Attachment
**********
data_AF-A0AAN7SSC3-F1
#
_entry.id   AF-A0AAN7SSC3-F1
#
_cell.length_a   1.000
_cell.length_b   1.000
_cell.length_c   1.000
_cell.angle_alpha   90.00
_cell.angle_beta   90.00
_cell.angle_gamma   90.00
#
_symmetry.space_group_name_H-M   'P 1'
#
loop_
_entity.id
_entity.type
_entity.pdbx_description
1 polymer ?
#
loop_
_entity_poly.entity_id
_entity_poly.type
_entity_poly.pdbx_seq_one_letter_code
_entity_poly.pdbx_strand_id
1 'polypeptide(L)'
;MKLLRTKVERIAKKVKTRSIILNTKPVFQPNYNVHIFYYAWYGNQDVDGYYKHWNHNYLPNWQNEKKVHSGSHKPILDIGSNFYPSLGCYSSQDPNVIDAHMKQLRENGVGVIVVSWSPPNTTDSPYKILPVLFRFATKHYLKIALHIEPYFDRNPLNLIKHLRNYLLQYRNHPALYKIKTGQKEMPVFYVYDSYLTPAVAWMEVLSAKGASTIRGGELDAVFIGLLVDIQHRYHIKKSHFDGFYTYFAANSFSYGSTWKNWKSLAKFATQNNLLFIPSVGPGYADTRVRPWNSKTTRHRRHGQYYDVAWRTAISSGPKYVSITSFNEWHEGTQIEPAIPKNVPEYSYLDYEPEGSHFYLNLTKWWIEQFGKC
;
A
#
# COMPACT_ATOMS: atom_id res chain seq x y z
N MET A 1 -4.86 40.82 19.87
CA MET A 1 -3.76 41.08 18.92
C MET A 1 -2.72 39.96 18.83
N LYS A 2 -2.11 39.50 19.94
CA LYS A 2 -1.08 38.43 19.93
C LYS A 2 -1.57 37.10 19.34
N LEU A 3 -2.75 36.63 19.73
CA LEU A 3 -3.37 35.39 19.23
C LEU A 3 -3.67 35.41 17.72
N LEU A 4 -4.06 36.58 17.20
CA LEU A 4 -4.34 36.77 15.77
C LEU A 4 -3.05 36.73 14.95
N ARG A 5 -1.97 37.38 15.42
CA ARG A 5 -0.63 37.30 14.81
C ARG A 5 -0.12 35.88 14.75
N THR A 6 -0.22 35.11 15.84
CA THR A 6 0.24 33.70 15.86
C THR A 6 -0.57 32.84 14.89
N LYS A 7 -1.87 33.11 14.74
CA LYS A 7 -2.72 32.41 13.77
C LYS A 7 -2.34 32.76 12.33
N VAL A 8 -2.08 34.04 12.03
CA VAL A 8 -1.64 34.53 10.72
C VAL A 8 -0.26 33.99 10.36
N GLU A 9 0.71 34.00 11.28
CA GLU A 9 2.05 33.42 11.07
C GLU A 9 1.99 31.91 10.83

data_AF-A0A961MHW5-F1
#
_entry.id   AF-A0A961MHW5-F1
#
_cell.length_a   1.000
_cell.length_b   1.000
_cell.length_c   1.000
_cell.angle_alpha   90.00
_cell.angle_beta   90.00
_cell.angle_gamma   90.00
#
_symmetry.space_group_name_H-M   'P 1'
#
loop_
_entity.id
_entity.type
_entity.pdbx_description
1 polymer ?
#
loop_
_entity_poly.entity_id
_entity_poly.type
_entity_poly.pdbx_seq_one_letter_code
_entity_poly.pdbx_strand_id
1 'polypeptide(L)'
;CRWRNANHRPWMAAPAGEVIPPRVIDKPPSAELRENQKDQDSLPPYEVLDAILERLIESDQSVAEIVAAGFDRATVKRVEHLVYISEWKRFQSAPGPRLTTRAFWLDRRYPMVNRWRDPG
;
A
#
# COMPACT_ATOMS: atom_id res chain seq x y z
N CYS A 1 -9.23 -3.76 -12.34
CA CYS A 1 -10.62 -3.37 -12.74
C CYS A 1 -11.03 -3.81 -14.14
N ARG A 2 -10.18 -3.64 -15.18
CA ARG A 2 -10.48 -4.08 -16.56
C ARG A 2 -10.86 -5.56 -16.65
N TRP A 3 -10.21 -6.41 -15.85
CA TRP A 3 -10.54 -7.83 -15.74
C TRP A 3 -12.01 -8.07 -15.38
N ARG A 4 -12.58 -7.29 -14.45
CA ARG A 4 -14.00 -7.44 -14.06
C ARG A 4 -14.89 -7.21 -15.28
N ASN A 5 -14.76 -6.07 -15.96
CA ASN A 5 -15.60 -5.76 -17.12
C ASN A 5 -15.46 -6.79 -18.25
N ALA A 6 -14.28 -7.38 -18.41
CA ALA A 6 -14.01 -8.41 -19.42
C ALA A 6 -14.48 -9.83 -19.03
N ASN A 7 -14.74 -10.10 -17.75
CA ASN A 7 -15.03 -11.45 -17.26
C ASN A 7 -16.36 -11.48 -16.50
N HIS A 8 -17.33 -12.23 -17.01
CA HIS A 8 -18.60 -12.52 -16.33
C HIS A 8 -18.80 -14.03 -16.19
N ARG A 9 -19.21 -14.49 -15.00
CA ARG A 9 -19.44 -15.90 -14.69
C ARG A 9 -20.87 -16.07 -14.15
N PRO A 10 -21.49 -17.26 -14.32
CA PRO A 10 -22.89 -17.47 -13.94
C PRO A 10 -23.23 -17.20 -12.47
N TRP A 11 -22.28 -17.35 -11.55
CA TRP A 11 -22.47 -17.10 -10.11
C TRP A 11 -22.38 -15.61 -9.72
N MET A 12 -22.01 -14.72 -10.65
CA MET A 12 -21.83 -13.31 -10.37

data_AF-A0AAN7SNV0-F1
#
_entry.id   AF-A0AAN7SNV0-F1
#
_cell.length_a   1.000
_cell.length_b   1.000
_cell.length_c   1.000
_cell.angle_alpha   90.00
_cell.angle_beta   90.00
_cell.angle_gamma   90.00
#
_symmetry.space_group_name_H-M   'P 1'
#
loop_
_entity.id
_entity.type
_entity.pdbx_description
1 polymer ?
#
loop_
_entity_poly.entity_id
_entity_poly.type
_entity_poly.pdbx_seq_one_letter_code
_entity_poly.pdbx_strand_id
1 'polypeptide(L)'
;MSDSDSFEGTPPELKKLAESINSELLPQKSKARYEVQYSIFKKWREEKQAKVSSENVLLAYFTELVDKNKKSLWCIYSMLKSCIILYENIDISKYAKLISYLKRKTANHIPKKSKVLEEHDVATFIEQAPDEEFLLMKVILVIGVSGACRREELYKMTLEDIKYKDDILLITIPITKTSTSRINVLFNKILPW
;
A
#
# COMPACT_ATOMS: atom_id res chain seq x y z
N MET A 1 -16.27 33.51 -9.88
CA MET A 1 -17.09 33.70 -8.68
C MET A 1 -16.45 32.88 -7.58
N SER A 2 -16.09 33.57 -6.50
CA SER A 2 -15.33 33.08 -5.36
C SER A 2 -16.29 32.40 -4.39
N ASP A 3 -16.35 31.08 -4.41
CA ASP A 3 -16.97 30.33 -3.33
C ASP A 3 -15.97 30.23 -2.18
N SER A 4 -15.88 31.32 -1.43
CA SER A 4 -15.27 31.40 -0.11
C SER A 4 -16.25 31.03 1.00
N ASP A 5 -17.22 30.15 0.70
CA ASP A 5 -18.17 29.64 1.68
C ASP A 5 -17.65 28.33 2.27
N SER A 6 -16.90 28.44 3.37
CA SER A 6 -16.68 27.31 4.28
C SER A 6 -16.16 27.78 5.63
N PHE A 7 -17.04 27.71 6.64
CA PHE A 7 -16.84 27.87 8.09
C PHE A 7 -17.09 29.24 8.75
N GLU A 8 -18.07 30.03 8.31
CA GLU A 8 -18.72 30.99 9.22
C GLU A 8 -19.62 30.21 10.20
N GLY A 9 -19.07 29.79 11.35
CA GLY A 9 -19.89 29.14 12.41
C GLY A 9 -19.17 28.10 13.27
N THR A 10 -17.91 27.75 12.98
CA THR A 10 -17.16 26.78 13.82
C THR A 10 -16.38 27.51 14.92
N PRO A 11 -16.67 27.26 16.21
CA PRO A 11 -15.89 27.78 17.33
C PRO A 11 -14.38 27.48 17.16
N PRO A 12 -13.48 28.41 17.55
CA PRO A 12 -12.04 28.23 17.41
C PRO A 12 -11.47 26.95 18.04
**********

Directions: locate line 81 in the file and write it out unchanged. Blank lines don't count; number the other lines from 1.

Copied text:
_entity_poly.pdbx_strand_id